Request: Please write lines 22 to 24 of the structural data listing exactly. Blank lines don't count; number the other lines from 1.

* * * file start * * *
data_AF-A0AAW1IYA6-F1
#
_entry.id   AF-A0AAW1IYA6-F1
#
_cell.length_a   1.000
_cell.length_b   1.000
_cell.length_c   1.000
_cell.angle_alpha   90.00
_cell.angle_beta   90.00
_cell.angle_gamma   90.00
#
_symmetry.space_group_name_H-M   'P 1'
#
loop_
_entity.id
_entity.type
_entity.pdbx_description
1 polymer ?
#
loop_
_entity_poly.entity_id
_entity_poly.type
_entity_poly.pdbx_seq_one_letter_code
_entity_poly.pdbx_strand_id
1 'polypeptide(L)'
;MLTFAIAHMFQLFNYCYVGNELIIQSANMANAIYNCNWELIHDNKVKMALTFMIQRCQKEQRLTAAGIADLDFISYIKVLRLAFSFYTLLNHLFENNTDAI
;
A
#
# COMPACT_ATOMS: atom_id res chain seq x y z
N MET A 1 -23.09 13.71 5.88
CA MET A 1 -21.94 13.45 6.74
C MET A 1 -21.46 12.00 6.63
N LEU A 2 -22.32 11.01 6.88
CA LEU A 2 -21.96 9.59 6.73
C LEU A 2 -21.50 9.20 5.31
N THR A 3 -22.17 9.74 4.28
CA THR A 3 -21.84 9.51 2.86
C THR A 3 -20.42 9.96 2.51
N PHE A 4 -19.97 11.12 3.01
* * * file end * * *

_entity_poly.type
_entity_poly.pdbx_seq_one_letter_code
_entity_poly.pdbx_strand_id